Medicare Realizes Some Savings
May 6, 1999
Medicare spending actually dropped somewhat in the six months ending March 31, compared with the same period a year earlier.
- It was $2.6 billion less than the $106.5 billion spend in the earlier comparable period.
- Analysts are attributing the decrease to a clamp down on Medicare spending in the 1997 Balanced Budget Act -- which curbed payments for many health services.
- Prior to passage of the act, the Congressional Budget Office predicted Medicare would spend $1.348 trillion from 1998 to 2002 -- a figure which was later revised to $1.249 trillion.
- Now it appears spending will total $1.146 trillion.
But not if either health-care providers or senior citizens' lobbies have their way.
Doctors, hospitals, physical therapists, home health agencies, nursing homes and health maintenance organizations are furiously lobbying Congress to restore some of the payment cuts.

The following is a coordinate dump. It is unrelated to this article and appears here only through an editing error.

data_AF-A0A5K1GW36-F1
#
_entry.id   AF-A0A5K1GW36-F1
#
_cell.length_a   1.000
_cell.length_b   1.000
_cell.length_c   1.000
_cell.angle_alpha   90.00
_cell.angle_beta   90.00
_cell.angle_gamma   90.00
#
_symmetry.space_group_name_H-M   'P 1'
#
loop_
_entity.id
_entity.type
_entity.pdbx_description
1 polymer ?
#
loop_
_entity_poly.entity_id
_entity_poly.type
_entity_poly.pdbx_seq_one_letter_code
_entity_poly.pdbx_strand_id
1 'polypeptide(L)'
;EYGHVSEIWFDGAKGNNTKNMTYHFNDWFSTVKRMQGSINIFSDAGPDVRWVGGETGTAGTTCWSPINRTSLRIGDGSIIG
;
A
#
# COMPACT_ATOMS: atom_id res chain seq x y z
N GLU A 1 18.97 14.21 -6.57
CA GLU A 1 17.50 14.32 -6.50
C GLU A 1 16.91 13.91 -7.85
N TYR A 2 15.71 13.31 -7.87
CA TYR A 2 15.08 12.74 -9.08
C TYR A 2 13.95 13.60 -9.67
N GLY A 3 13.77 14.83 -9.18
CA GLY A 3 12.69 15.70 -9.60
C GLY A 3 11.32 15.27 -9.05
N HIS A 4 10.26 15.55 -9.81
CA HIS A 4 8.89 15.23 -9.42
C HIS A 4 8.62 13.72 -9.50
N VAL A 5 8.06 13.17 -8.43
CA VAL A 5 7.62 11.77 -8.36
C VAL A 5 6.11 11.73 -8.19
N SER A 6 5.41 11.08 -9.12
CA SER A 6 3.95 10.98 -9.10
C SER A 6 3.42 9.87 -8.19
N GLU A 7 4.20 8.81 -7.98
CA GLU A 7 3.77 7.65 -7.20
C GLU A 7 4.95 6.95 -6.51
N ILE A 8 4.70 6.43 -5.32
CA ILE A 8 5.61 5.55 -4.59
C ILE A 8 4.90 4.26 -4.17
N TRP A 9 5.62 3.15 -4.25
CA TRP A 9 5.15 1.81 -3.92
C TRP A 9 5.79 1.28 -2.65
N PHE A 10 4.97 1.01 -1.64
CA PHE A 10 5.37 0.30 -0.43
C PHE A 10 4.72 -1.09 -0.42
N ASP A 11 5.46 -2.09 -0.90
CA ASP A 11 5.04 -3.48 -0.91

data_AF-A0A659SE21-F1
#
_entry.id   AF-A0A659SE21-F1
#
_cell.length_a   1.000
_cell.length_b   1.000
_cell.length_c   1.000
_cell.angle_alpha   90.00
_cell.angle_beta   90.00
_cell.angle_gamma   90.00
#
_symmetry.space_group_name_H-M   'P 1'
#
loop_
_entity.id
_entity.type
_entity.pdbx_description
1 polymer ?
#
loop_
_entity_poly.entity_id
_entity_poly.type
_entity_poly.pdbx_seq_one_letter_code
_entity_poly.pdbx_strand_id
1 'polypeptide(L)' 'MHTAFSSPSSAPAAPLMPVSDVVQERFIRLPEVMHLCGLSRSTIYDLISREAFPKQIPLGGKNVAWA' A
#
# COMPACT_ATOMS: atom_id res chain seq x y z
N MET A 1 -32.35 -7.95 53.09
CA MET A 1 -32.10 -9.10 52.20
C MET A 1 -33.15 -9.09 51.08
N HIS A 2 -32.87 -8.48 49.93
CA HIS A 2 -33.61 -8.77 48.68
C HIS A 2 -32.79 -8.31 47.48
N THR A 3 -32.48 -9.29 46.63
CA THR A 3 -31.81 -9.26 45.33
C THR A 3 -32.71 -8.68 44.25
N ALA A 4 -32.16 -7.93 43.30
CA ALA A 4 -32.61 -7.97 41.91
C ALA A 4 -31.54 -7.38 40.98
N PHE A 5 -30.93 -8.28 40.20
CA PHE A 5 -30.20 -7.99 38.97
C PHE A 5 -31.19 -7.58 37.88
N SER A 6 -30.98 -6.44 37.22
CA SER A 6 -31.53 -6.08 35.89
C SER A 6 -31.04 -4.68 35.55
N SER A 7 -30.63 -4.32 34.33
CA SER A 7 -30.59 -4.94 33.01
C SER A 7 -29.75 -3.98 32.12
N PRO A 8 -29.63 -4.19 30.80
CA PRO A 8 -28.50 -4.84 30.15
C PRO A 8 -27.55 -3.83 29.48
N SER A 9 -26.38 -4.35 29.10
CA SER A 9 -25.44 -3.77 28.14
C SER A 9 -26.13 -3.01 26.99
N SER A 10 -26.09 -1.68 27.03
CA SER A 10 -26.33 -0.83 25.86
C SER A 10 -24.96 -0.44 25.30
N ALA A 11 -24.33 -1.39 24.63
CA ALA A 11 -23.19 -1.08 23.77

They are competing with Medicare beneficiaries who want to use the same money for new benefits -- principally coverage of prescription drugs.
Nevertheless, the CBO is projecting that annual Medicare outlays will more than double during the next decade and will exceed $400 billion by 2008. By then there will be more than 44 million beneficiaries then, compared to about 39 million now.
Source: Robert Pear, "With Budget Cutting, Medicare Spending Fell Unexpectedly," New York Times, May 4, 1999.
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